Urologists


Pill Hill
3300 Webster St
Ste 710
Oakland, CA 94609
510-465-5800
Locations and availability (3)

Awards & Distinctions ?

Associations
American Urological Association
American College of Surgeons

Affiliations ?

Dr. Veltman is affiliated with 2 hospitals.

Hospital Affilations

Score

Rankings

  • Alta Bates Summit Medical Center- Summit Campus
    350 Hawthorne Ave, Oakland, CA 94609
    • Currently 4 of 4 crosses
    Top 25%
  • Alta Bates Medical Summit Center - Herrick Campus
    2001 Dwight Way, Berkeley, CA 94704
  • Publications & Research

    Dr. Veltman has contributed to 2 publications.
    Title Percutaneous Nephrolithotomy and Cystolithalapaxy for a "forgotten" Stent in a Transplant Kidney: Case Report and Literature Review.
    Date September 2010
    Journal Clinical Transplantation
    Excerpt

    Ureteral stents, when left in situ in renal transplant patients, are a potential iatrogenic cause of graft compromise and graft failure. Such patients may present with acute renal failure, recurrent urinary tract infections, hematuria, and dysuria. We present a case report of a renal transplant patient with a heavily encrusted forgotten stent. We employed a simultaneous approach, using percutaneous nephrostolithotomy and cystolithalapaxy, for complete removal of the encrusted stent and associated stones. A MEDLINE literature review was then performed to identify and analyze similar cases in which a forgotten stent in a renal allograft was removed. Our experience and that found in the medical literature suggest that removal of forgotten stents can be achieved safely and effectively with proper endourological techniques. We also reviewed the current status of ureteral stent design in terms of attempts to preclude this problem. Ureteral stent design is still in a state of evolution with a focus on creating stents of new materials, and stents with new coatings, that may prevent encrustation.

    Title Occult Pneumothorax in Trauma Patients: Development of an Objective Scoring System.
    Date August 2007
    Journal The Journal of Trauma
    Excerpt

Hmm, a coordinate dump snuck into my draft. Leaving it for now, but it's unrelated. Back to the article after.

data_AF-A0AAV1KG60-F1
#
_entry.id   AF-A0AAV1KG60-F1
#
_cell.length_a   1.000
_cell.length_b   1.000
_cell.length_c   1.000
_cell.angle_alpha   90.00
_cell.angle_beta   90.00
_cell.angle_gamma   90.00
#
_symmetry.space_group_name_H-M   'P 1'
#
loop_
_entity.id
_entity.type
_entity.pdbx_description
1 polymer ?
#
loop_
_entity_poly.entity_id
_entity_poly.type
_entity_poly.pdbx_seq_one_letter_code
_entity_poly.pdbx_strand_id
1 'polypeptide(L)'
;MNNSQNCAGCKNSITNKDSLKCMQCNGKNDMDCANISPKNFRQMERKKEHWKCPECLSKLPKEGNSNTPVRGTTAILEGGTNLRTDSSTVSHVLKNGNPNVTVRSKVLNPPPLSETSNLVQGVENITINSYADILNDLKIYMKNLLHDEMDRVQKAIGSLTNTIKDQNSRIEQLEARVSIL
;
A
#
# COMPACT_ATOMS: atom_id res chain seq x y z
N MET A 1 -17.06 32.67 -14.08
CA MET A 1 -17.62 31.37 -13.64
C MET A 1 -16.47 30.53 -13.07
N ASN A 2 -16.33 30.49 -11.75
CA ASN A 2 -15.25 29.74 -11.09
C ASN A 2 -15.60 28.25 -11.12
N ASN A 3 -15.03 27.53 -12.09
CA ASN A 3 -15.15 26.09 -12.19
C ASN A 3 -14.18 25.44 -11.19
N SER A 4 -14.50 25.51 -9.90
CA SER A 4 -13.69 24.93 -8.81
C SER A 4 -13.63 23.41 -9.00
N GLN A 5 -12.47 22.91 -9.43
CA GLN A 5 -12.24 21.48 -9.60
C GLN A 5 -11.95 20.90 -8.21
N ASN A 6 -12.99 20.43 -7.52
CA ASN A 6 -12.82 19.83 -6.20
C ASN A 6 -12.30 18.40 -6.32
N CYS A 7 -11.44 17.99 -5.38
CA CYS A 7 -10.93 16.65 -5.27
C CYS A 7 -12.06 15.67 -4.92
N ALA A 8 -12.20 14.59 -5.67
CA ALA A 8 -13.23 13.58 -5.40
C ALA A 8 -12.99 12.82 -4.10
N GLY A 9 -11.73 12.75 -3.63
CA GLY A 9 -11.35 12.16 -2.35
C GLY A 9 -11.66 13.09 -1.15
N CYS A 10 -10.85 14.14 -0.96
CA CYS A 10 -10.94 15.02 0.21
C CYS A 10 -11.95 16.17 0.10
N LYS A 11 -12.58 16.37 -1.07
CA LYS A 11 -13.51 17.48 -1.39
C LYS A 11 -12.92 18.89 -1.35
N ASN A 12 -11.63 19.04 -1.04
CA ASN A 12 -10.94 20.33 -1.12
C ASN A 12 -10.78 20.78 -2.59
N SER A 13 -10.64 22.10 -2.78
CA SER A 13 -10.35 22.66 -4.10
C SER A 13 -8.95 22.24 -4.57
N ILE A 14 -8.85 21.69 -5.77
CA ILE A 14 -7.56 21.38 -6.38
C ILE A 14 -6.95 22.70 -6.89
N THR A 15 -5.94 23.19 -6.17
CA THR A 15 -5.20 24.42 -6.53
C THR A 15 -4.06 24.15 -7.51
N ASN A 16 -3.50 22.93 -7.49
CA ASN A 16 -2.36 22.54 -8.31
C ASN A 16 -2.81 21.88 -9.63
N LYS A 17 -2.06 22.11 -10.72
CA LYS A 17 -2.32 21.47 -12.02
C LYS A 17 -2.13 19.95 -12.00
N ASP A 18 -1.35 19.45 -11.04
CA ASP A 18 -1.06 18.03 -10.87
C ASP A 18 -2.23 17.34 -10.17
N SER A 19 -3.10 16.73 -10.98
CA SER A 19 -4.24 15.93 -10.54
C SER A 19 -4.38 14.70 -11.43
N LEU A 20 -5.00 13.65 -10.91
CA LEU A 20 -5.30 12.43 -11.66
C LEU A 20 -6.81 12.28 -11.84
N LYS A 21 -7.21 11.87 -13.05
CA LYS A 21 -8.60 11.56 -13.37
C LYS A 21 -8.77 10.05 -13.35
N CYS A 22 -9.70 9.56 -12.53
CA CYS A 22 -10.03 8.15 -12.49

BACKGROUND: The incidence of occult pneumothorax (OPTX) has dramatically increased since the widespread use of computed tomography (CT) scanning. The OPTX is defined as a pneumothorax not identified on plain chest X-ray but detected by CT scan. The overall reported incidence is about 5% to 8% of all trauma patients. We conducted a 5-year review of our OPTX incidence and asked if an objective score could be developed to better quantify the OPTX. This in turn may guide the practitioner with the decision to observe these patients. METHODS: This is a retrospective review of all trauma patients in a Level I university trauma center during a 5-year period. The patients were identified by a query of all pneumothoraces in our trauma registry. Those X-ray results were then reviewed to identify those who had OPTX. After developing an OPTX score on a small number, we retrospectively scored 50 of the OPTXs by taking the largest perpendicular distance in millimeters from the chest wall of the largest air pocket. We then added 10 or 20 to this if the OPTX was either anterior/posterior or lateral, respectively. RESULTS: A total of 21,193 trauma patients were evaluated and 1,295 patients with pneumothoraces (6.1%) were identified. Of the 1,295 patients with pneumothoraces, 379 (29.5%) OPTXs were identified. The overall incidence of OPTX was 1.8%: 95.7% occurred after blunt trauma, 222 (59%) of the OPTX patients had chest tubes and of the remaining 157 without chest tubes, 27 (17%) were on positive pressure ventilation. Of the 50 studies selected for scoring, the average score was 28.5. The average score for those with chest tubes was 34. The average score for those without chest tubes was 21. The positive predictive value for need of chest tube if the score was >30 was 78% and the negative predictive value if the score was <20 was 70%. Area under the receiver operator characteristic curve was 0.72, which was significant with p < 0.007. CONCLUSIONS: The OPTX score could quantify the size of the OPTX allowing the practitioner to better define a "small" pneumothorax. The management of OPTX is not standardized and further study using a more objective classification may assist the surgeon's decision-making. The application of a scoring system may also decrease unnecessary insertion of chest tubes for small OPTXs and is currently being prospectively validated.


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